Heteroplasmy: Detection, verification and recurrence in baleen whales

Marcos Suarez Menendez*, Vania Elizabeth Rivera Leon, Anna Schleimer, Xenia Moreira Lopes, Alex Aguilar, Susan G Barco, Simon Berrow, Asunción Borrell, Dorete Bloch, Phil Clapham, Eduard Degollada, Maria Cristina Fossi, Pauline Gauffier, Janie Giard, Wensi Hao, Tore Haug, Mads Peter Heide-Jorgensen, Kit M. Kovacs, Scott Landry, Finn LarsenChristian Lydersen, Vidal Martin, David Mattila, Bjarni Mikkelsen, Tom Oosting, Richard M. Pace, Christophe S. Pampoulie, Simone Panigada, Cristina Panti, Rui Prieto, Juan Antonio Raga, Christian Ramp, Jooke Robbins, Conor Ryan, Richard Sears, Jóhann Sigurjónsson, Monica Silva, Malene Simon, Renaud de Stephanis, Hans J. Skaug, Jorge Urbán, Jurjan van der Zee, Yvonne I. Verkuil, Gísli Víkingsson, Lars Witting, Frederick Wenzel, Nils Øien, Martine Bérubé, Per Palsboll

*Bijbehorende auteur voor dit werk



Heteroplasmy is defined as the presence of two or more different mitochondrial DNA (mtDNA) genomes in one individual. Heteroplasmy can arise from insertions or deletions (length heteroplasmy) or single nucleotide substitutions (point heteroplasmy). The phenomenon has been widely studied in humans and model species; however, reports from non-model species are rare, possibly because heteroplasmy was undetected or ignored during sequencing. Among cetaceans, a few studies have reported heteroplasmy and speculated on its possible effects, suggesting that heteroplasmy could be rare or simply ignored. The aim of the present study was to assess and confirm point heteroplasmies, as well as to determine their frequency in five baleen whale species. We analyzed 10,748 mtDNA sequence electropherograms of the mitochondrial control region obtained by Sanger sequencing. A pipeline was developed to detect potential heteroplasmy by analyzing chromatogram peak heights. Potential heteroplasmies were subsequently verified experimentally. A total of 7,882 samples were assessed, among which 326 (4,1%) presented potential point heteroplasmy at more than 35 different nucleotide positions. These results indicated that heteroplasmy is more frequent than previously reported. Several heteroplasmies were tracked across multiple generations, providing insights into the introduction of new mtDNA haplotypes. Ignoring heteroplasmy might bias relatedness analyses as well as estimates of genetic diversity and mtDNA mutation rates. Thus, it is extremely important to develop efficient ways to detect and verify heteroplasmy.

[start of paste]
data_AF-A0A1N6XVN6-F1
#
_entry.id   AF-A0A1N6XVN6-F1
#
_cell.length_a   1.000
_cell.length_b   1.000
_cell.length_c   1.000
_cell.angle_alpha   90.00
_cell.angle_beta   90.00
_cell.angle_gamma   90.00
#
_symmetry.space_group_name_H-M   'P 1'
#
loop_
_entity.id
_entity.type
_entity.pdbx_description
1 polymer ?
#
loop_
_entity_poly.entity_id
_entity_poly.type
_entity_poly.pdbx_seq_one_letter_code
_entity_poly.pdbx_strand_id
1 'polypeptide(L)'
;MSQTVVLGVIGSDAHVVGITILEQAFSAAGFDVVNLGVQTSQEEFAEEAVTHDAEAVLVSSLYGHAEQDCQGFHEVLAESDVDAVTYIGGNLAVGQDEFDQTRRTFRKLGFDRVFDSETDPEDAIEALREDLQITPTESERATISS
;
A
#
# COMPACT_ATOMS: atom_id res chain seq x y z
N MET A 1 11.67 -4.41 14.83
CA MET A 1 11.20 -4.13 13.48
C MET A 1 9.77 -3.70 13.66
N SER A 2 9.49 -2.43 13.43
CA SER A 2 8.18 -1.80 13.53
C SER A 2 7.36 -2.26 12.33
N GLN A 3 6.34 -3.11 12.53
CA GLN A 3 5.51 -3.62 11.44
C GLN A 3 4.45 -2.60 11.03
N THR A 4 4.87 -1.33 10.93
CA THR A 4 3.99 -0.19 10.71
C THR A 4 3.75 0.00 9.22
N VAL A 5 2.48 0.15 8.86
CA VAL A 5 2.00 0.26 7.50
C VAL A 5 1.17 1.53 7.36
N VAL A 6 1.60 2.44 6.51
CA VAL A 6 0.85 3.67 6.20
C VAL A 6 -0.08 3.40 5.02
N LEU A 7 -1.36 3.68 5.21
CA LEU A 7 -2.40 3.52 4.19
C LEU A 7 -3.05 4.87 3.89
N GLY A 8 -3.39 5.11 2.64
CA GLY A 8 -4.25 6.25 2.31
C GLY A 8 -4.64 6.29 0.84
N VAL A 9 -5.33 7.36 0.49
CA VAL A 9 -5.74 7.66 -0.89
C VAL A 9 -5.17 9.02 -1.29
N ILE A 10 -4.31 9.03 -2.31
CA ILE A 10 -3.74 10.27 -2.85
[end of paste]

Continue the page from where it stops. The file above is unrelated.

Originele taal-2English
StatusPublished - 9-dec.-2019
EvenementWorld Marine Mammal Conference: Together for Science and Conservation - Centre de Convencions Internacional de Barcelona, Barcelona, Spain
Duur: 9-dec.-201912-dec.-2019


ConferenceWorld Marine Mammal Conference
Verkorte titelWMMC'19
AnderCo-hosted meeting of the Society for Marine Mammology (SMM) and the European Cetacean Society (ECS)
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